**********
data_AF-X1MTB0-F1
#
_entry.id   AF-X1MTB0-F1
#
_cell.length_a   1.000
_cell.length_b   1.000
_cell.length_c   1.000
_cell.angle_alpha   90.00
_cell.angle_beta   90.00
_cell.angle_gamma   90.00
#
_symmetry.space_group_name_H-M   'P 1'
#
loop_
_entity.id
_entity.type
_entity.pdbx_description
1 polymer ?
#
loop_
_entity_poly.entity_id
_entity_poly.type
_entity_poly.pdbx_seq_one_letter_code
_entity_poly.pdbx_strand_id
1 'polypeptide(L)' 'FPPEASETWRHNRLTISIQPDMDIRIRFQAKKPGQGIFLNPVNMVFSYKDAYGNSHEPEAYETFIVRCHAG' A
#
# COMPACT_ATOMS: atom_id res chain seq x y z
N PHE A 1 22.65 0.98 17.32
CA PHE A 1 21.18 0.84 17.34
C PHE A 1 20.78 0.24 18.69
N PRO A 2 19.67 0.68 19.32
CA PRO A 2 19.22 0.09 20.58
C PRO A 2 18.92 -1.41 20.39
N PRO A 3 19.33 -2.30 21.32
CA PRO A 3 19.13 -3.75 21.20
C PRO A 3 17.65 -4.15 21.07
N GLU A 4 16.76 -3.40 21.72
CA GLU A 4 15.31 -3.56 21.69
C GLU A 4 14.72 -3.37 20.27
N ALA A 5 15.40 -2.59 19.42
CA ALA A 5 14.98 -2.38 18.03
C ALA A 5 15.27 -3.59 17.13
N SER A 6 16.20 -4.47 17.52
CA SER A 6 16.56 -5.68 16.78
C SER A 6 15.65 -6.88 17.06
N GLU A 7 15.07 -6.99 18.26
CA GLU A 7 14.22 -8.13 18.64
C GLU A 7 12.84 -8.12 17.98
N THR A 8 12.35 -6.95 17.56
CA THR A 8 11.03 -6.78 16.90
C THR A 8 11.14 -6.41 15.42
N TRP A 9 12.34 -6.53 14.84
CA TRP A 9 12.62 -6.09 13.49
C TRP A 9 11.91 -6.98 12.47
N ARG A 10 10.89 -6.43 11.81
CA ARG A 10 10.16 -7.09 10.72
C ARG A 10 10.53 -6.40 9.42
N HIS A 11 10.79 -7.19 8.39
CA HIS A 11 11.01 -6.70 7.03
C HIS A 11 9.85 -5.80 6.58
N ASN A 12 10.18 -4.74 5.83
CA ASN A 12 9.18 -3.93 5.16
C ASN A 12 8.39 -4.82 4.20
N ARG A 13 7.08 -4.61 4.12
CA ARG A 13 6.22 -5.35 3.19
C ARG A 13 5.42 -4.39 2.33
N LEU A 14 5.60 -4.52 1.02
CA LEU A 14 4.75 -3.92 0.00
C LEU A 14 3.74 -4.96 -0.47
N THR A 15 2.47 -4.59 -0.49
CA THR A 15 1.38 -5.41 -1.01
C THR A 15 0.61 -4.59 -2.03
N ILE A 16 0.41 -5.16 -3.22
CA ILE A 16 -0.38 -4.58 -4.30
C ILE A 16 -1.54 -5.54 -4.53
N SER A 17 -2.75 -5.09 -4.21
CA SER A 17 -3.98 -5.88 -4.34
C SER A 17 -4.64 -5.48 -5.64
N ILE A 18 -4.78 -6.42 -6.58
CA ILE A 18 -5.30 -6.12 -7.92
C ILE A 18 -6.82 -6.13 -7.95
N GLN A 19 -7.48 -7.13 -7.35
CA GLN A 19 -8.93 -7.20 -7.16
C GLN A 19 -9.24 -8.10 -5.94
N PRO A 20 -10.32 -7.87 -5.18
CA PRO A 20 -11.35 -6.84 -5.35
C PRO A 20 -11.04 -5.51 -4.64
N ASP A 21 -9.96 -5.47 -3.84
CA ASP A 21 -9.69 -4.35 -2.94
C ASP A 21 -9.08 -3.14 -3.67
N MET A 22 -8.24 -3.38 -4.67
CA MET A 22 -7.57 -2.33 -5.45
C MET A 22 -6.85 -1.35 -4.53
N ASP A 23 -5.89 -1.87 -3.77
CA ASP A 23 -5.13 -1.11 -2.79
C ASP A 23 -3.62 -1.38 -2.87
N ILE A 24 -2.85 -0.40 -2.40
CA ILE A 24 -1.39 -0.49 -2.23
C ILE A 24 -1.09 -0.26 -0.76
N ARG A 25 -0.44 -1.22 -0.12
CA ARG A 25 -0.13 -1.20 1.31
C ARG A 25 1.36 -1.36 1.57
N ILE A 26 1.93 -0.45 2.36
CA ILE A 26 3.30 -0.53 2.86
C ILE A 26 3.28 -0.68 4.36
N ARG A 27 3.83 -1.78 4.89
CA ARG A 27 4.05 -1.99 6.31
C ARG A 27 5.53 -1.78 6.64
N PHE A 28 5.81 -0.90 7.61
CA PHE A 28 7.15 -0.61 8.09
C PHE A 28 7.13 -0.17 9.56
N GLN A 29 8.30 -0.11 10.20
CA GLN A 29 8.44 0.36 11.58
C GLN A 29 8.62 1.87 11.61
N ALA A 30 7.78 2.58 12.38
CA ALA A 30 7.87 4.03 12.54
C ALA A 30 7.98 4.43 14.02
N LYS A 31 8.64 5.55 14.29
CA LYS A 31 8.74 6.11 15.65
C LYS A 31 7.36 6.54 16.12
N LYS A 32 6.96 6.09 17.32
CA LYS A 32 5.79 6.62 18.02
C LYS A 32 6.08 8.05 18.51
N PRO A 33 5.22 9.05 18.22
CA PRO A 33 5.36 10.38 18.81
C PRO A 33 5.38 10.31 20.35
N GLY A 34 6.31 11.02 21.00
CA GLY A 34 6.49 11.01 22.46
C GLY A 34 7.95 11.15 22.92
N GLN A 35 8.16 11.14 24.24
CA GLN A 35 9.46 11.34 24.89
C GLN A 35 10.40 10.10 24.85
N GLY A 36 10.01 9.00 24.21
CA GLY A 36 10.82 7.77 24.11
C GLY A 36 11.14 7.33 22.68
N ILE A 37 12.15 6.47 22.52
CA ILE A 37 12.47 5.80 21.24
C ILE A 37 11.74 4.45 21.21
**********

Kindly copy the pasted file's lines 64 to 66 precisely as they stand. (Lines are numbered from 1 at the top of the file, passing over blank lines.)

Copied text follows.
N ARG A 13 7.08 -4.61 4.12
CA ARG A 13 6.22 -5.35 3.19
C ARG A 13 5.42 -4.39 2.33